Chief Justice Returns to Private Law Practice in Southwest Kansas

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Recently retired Chief Judge of the 25th Judicial District Robert Frederick has joined the Salina-based law firm Kennedy Berkley. Photo courtesy of the Kansas Judiciary Branch”/>
Recently retired Chief Judge of the 25th Judicial District Robert Frederick has joined the Salina-based law firm Kennedy Berkley. Photo courtesy of the Kansas Judiciary Branch

By TIM UNRUH

Bob Frederick decided last spring that it was time for a career change.

He remains loyal to the legal profession, but has retired from serving as Chief Judge of the 25th Judicial District of Kansas in southwestern Kansas.

“I’ve really enjoyed being a trial court judge, but the ordeal of COVID has been such a stressor,” Frederick said. “I finally concluded that if I couldn’t go to work and enjoy what I was doing, it was time for me to get out.”

However, 71-year-old Frederick of Lakin is not going into loneliness and planning for back-up roles on the bench or in other capacities, as some retired judges choose.

He put away the black robe and returned to private law practice as a member of the Salina-based Kennedy Berkley firm.

Frederick assumed the title “attorney,” meaning an “older or established lawyer,” said Kennedy Berkley managing partner Jim Angell.

“Bob has an excellent reputation. He’s a highly respected and intelligent judge who writes in-depth opinions,” Angell said. “It’s going to serve several different areas, one of the main in mediation and arbitration.”

A mediator works with the opposing parties to try to shape a settlement that both parties can accept and agree to. In arbitration, parties who cannot reach a settlement can submit their dispute to an arbitrator, who then decides the case.

“It’s atypical for a judge to step off the bench and go into private practice,” Angell said. “That’s what makes it a great story. Bob is a very cultured and complete guy.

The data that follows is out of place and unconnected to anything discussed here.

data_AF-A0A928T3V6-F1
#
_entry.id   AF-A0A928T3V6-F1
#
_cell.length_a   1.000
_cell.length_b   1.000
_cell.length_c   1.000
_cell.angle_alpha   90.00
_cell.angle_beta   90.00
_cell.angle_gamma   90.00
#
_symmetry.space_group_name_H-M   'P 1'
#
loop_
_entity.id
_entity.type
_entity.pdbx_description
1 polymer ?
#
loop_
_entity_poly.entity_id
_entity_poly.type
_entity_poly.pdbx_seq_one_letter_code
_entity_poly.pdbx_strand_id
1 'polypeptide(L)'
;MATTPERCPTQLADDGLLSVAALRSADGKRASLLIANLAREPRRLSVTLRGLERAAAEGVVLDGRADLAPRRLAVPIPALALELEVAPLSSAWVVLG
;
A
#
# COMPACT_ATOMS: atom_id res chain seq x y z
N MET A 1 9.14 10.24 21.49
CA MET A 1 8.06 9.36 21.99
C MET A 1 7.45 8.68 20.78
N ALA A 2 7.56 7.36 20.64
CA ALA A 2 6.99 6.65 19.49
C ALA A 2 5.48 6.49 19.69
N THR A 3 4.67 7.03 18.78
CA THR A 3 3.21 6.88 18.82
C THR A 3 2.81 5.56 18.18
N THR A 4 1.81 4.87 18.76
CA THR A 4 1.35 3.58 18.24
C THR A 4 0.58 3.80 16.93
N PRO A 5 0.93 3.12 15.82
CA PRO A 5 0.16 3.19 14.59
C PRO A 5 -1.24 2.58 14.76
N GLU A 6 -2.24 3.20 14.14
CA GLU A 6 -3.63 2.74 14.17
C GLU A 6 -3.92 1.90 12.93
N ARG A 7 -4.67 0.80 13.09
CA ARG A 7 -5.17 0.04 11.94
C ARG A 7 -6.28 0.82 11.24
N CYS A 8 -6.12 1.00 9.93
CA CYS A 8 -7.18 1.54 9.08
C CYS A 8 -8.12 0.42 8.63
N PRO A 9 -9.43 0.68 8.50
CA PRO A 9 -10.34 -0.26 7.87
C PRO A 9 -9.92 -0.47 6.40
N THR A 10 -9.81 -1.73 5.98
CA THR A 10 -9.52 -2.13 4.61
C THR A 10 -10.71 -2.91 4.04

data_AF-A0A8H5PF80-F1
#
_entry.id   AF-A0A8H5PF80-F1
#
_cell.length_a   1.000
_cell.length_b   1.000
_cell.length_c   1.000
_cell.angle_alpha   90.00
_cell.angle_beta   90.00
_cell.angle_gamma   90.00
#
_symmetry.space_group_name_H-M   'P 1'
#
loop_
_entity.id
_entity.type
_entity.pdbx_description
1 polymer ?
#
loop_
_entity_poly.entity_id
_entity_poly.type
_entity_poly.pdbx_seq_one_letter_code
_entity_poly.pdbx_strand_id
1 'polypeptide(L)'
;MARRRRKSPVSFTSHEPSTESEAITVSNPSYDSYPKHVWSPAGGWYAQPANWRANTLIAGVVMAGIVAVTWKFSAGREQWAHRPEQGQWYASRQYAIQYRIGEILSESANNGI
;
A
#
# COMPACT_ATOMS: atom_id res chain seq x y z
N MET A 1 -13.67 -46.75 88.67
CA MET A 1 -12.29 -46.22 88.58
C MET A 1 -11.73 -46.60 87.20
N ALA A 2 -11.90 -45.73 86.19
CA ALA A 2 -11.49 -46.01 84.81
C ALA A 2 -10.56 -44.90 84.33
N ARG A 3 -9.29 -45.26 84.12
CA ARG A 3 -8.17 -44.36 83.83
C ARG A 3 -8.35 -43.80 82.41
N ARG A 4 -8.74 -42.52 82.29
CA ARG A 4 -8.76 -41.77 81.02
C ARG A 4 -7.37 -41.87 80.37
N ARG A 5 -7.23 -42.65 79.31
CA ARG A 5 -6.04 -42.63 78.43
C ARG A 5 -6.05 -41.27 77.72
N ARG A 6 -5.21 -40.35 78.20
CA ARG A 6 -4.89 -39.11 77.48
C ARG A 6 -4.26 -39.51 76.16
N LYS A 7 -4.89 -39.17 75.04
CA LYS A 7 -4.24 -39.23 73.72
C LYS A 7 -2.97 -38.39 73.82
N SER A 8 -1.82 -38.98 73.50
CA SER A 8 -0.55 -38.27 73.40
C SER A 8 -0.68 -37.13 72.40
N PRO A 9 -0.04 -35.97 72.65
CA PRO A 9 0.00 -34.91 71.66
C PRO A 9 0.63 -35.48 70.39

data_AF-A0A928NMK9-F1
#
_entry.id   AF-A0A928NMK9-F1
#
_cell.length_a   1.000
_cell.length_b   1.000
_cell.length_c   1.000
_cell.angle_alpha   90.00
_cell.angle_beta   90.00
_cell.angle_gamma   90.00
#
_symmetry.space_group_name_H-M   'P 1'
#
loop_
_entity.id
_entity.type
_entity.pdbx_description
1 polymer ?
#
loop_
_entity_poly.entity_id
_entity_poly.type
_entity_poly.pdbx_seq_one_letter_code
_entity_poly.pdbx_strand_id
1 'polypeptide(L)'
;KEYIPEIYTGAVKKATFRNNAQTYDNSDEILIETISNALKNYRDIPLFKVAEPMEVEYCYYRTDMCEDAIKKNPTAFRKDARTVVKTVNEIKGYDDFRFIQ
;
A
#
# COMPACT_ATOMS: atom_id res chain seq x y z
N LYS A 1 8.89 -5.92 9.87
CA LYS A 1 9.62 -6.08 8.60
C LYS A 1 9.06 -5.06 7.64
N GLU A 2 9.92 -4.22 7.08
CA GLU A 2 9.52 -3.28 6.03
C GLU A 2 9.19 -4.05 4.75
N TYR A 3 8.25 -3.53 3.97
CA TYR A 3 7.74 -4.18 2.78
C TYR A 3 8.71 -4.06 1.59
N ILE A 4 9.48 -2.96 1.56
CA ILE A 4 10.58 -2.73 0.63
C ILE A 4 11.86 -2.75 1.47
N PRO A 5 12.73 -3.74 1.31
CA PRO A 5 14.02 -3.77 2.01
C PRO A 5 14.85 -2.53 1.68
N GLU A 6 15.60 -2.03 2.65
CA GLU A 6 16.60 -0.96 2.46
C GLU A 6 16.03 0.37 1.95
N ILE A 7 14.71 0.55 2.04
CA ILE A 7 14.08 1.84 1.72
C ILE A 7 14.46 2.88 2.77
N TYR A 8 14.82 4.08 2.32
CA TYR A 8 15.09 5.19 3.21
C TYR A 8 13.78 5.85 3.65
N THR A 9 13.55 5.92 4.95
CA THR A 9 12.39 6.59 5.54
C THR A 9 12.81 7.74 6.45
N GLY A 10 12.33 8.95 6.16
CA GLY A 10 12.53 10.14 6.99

Frederick will be based in the firm’s Garden City office with Marc Kliewer. The company also has offices in Dodge City and Hays.

“Bob will complement what Marc is doing there and allow us to expand our services in southwestern Kansas,” Angell said. “Marc is one of the top agribusiness lawyers in the state. It’s exceptional, one of Kansas’ best kept secrets.

“A significant percentage of Kennedy Berkley’s business is in southwestern Kansas,” Angell said. “Southwestern Kansas relies heavily on agriculture, and having professional advisors who understand the unique needs of farmers and the businesses that serve them is critical.”

Kliewer welcomes the addition of Frederick.

“It’s really helpful to have another lawyer for the firm here. Having someone with Bob’s experience who can meet with clients, face-to-face or via video, is going to be a huge plus,” Kliewer said.

He praised lawyers in the region for their abilities to mediate domestic disputes, but added that there is a growing need for mediators who can assess and resolve business disputes.

“Where Bob benefits the region is his experience in business litigation, both as a lawyer and as a judge,” Kliewer said. “This will be of tremendous help to all attorneys and litigants in Southwestern Kansas.”

Going forward, Frederick plans to “give back” as a seasoned lawyer. His focus dates back to his foray into the legal realm some 45 years ago, when the state’s High Plains legal community embraced the young attorney.

Kennedy Berkley “was looking for someone to do four things – arbitrate, mediate, add a fresh perspective to new and ongoing case assessments, and mentor some of the young lawyers,” Frederick said.

He can draw on his experience in private practice and more than 20 years on the bench. Frederick also served on the Kansas Court of Appeals, handling 17 cases in 2018, which were argued and decided from October through December of that year.

While imposing on the full-time chief judge, he said: “I was really glad I did it. It was a wonderful and insightful experience regarding the actual operation of the Court of Appeal.

Previously, he was assigned a civil case in the Kansas Supreme Court, when Chief Justice Marla J. Luckert recused herself.

“I’d like to think that I’ve had a wide, wide range of experiences, and if I use those experiences correctly, I’ll make a top-notch mediator and arbiter,” Frederick said.